As polls close on this Election Day, Cisco’s government affairs team is watching the results closely for implications on key policy issues, including patent reform.
Since the last federal elections in 2012, the company’s employee-sponsored political action committee has contributed over $519,000 to federal election campaigns and committees, according to the the campaign-spending website OpenSecrets.org. Cisco’s lobbying spend topped $2 million this year alone, with disclosure reports indicating that stalled bills on patent reform are a key target of the company’s lobbying activity.
With control of the U.S. Senate up for grabs, experts speculate that a Republican takeover could jumpstart legislation on patent reform, which aims to clamp down on so-called “patent trolls,” companies that buy up old patents in hope of a courtroom payday. This election cycle, the Cisco ePAC’s campaign spending tilted slightly in favor of Republican candidates overall. The ePAC also made equal contributions of $30,000 to each party’s national Senate campaign committee.
In March, Cisco was hit by a patent infringement suit for unspecified damages by a firm that had bought up old Nortel patents.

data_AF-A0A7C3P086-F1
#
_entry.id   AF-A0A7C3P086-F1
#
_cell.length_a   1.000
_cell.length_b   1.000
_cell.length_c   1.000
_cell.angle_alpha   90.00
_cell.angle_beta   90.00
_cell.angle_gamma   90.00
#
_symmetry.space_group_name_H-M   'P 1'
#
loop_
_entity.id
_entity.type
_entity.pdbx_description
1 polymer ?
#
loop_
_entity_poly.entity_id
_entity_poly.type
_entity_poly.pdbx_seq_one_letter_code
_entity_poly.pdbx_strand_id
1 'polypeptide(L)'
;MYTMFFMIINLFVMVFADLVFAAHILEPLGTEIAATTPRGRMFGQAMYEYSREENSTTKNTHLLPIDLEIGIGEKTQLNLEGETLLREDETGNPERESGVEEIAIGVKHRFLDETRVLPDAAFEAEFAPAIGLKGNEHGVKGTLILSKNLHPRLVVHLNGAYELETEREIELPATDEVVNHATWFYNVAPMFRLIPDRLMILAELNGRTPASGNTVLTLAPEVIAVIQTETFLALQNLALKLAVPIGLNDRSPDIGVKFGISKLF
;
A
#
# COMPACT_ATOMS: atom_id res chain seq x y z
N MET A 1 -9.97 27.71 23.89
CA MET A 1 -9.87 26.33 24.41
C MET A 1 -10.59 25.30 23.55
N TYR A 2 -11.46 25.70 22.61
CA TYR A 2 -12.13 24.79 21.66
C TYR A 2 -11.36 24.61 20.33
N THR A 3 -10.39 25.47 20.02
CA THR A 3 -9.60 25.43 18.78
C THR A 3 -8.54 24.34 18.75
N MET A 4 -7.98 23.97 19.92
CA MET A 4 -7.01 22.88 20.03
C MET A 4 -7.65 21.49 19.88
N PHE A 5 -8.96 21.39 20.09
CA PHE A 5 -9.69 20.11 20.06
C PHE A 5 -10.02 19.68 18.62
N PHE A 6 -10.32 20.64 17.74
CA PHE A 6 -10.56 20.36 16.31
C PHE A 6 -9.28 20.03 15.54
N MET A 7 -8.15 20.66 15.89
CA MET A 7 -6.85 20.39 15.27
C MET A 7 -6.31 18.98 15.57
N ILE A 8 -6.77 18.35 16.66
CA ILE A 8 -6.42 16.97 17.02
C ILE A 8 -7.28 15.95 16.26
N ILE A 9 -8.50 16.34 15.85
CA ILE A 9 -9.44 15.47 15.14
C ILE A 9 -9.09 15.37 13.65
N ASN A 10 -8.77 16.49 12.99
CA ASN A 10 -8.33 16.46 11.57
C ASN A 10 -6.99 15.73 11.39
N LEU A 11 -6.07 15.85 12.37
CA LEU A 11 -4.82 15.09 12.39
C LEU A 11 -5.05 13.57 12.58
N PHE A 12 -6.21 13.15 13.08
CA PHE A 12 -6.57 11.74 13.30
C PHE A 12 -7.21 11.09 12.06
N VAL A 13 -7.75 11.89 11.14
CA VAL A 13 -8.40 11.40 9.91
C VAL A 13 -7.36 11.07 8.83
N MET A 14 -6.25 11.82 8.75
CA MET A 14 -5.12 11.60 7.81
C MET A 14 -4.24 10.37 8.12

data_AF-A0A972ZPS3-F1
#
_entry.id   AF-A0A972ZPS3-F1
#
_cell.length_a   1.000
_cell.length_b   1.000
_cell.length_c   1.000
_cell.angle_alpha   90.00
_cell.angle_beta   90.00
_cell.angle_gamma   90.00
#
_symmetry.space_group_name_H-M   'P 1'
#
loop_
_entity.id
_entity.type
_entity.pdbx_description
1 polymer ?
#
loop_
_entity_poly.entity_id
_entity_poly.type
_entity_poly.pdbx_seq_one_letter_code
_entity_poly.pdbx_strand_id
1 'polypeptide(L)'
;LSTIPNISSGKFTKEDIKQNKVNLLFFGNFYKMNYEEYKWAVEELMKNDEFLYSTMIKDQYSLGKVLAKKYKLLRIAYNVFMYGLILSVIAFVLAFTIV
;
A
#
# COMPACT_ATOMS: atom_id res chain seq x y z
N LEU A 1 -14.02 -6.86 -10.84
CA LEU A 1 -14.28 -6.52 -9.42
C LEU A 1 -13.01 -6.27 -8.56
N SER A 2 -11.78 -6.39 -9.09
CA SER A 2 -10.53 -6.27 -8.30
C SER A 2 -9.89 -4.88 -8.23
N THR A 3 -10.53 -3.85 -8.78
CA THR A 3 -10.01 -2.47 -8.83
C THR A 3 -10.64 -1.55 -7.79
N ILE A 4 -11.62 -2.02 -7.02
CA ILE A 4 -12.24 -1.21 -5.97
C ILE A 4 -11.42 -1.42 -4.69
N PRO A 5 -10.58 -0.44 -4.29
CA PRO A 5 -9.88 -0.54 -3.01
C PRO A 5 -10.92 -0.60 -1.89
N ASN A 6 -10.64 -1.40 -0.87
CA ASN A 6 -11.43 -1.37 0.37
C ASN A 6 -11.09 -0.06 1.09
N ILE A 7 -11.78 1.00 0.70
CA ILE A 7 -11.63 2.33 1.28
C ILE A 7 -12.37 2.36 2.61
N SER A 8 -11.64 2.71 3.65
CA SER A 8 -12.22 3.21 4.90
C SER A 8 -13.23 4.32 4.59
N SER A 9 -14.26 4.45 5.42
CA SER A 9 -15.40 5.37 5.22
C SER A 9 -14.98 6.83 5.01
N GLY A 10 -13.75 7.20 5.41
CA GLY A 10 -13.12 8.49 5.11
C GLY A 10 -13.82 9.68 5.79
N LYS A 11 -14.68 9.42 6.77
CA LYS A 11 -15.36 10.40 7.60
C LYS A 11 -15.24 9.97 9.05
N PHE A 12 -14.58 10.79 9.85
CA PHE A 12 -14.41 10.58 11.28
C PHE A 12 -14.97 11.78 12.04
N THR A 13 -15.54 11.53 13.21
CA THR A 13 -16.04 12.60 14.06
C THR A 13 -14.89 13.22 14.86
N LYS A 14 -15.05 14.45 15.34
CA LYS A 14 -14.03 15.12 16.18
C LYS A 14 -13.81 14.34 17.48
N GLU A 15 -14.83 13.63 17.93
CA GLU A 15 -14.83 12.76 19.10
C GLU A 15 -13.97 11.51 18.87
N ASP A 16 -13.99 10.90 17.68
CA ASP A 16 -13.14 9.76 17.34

That patent suit was over network hardware, but experts say that intellectual property law will only grow in importance to SDN as the industry matures and consolidates. Since 2011, patent seekers have filed roughly 7,000 applications mentioning software-defined networking or network function virtualization. Some fear that patent trolls could stifle innovation by buying up swaths of those patents from struggling startups.
“The patent system is encumbered by out-of-date procedures, limited resources, and obsolete guidelines that result in the commonplace granting of overly-broad patents,” Cisco’s company website reads. A company spokesman acknowledged that patent reform was among Cisco’s top priorities on Capitol Hill, adding that the company engaged in a range of other policy issues as well.